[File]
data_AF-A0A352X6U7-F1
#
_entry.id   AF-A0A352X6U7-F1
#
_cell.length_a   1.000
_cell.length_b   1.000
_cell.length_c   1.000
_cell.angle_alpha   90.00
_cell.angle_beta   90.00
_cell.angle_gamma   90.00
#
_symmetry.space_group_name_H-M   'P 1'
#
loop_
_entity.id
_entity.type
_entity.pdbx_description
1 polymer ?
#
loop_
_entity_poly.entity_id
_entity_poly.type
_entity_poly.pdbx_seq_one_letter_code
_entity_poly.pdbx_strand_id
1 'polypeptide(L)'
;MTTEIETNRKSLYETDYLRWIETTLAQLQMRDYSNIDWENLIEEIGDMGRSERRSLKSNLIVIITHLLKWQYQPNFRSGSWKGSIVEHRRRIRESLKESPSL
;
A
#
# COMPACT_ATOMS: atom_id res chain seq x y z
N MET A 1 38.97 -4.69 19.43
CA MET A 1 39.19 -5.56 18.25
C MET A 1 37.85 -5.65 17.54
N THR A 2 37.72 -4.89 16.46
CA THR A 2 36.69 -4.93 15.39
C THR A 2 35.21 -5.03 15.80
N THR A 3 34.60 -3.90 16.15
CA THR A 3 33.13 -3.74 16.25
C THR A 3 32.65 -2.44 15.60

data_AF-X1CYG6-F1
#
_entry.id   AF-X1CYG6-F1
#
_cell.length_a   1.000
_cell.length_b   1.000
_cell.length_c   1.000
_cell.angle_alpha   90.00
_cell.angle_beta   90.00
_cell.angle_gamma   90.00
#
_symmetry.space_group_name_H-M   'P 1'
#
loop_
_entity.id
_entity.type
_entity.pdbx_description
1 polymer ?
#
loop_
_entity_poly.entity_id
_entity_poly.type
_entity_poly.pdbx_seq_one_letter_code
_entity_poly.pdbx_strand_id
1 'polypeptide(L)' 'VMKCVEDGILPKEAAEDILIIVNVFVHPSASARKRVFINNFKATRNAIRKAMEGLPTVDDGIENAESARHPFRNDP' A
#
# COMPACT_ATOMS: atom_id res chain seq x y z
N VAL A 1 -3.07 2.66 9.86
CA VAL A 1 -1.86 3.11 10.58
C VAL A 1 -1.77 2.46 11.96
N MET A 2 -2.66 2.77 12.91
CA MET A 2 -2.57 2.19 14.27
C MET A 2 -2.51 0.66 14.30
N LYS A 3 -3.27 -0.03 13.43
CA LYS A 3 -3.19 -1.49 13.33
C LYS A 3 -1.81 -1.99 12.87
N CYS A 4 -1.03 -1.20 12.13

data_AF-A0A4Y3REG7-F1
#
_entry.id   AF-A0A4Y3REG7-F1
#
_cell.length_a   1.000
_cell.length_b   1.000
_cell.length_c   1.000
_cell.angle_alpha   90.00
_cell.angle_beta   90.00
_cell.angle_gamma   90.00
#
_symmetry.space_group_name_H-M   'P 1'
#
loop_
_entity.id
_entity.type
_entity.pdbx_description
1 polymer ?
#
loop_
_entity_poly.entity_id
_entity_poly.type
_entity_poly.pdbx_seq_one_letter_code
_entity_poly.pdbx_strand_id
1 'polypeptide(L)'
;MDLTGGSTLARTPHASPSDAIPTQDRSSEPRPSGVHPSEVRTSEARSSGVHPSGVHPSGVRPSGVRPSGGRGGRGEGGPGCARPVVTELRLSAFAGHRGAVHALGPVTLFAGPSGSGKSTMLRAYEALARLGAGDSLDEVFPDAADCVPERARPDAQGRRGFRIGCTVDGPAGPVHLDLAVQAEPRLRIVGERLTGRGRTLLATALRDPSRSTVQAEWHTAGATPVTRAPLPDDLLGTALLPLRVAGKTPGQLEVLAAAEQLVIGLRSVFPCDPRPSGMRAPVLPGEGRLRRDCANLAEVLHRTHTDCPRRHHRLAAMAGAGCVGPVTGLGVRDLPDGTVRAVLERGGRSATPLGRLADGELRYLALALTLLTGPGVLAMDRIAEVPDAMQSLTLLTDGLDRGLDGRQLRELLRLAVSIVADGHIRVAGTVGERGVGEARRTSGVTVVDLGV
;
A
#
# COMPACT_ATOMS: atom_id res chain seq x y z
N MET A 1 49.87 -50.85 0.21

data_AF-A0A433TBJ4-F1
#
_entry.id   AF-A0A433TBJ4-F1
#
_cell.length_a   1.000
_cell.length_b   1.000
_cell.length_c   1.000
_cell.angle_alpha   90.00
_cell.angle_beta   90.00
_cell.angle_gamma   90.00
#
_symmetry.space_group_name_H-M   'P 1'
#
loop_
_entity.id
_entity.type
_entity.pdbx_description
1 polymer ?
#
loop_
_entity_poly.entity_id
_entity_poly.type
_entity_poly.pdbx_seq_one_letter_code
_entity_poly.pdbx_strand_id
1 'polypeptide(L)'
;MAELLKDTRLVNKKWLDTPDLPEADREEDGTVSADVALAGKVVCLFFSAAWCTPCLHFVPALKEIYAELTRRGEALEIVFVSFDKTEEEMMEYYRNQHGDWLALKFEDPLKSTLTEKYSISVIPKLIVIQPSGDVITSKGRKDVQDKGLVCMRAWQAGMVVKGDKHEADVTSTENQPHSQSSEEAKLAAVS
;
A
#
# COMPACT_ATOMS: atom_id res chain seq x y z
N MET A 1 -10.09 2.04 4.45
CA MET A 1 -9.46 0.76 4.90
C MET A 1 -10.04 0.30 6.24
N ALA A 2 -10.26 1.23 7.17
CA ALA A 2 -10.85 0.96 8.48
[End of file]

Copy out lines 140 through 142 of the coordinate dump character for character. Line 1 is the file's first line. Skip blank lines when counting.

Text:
C MET A 1 -10.04 0.30 6.24
N ALA A 2 -10.26 1.23 7.17
CA ALA A 2 -10.85 0.96 8.48